The next day was an unexpected surprise show.  I got a call earlier in the week from one of my former teachers, Dr. Rajan Sachdeva.  For anyone in the southeast Michigan area who has been interested in Indian Classical music, Rajan Sachdeva is a household name.  He has been teaching Indian Classical music for over 25 years and established the Institute for Indian Classical Music in West Bloomfield, MI.  I took lessons with him in Ann Arbor through an organization called Saadhani.  He is also Meeta Banerjee's sitar teacher. Anyway, he called to ask if I could play with him at a wedding in downtown Detroit at the Detroit Athletic Club.  It is a swanky private club nestled between Ford Field and Comerica Park.  Everything about it was high class.  The wedding was on the second floor of the club, (which is at least 5 floors).  We were set up in the room where the ceremony would be held.  It was fully decked out like a traditional Indian wedding.  There was a difference though, this wedding was between an Indian man and a western white woman.  We were to play background music for the ceremony, which was a very interesting mix between Indian and Western traditions.  They circled a fire 7 times, and then stood in front of it and exchanged vows.  All the groomsmen were white, but they were dressed in full Rajastani garb.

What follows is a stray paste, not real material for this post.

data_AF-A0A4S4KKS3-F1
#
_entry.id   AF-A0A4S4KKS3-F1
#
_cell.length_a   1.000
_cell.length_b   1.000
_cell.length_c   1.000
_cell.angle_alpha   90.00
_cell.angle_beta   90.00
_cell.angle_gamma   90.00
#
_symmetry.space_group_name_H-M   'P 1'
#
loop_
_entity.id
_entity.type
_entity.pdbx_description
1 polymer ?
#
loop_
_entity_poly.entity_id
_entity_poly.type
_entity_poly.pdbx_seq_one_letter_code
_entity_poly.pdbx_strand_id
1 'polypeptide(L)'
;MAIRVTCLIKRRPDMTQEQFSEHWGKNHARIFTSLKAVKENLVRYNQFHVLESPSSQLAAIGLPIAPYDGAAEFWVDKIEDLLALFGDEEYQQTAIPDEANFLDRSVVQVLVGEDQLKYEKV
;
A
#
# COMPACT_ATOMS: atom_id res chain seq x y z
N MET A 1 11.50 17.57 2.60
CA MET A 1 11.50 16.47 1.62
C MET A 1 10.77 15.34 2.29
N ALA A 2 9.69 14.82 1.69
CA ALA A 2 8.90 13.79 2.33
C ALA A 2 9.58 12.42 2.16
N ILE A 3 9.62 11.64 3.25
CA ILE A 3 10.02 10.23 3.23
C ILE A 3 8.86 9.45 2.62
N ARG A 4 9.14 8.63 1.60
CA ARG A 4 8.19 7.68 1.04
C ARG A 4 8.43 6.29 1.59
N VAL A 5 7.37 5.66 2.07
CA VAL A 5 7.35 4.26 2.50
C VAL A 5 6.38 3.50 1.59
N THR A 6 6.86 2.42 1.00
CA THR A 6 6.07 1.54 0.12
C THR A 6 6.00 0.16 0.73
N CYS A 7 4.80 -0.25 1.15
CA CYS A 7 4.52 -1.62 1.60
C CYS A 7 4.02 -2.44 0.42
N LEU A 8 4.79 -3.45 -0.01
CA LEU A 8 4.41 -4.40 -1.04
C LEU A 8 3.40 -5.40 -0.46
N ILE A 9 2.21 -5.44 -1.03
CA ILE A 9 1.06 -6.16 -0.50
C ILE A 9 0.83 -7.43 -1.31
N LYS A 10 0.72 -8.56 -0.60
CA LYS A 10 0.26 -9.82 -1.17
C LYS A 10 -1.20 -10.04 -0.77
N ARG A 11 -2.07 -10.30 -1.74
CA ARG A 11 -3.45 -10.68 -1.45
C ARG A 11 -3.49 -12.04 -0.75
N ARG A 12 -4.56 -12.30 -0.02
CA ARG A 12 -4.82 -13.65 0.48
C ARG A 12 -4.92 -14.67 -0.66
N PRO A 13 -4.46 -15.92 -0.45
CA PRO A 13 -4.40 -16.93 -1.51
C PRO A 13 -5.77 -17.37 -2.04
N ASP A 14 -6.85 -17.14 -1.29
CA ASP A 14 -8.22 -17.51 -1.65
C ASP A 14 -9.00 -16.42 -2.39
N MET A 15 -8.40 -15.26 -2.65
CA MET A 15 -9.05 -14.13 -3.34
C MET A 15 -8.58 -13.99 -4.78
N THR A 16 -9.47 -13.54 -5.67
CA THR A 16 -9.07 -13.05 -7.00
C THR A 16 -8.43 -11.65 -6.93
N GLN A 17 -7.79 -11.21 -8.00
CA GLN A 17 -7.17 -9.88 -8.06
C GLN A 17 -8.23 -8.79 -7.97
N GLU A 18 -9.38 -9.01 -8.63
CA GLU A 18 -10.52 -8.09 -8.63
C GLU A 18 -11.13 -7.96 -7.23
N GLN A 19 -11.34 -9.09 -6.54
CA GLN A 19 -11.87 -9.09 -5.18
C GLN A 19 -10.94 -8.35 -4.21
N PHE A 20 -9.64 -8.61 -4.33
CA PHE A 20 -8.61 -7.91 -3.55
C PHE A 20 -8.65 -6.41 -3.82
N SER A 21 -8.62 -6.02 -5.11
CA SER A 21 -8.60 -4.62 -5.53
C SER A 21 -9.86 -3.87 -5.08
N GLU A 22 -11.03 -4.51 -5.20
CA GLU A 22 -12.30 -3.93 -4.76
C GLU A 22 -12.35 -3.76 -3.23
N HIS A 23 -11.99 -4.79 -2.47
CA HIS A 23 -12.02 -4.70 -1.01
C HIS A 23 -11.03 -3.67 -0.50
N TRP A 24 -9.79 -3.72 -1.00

The whole thing lasted about a half hour, which is about 4 times shorter than a regular Indian wedding.  All of the differences seemed to work very well together and it ended up as a very beautiful ceremony.  I was happy to be a part of it, and also happy to be playing for the first time with Rajanji.  I hope to play with him again soon.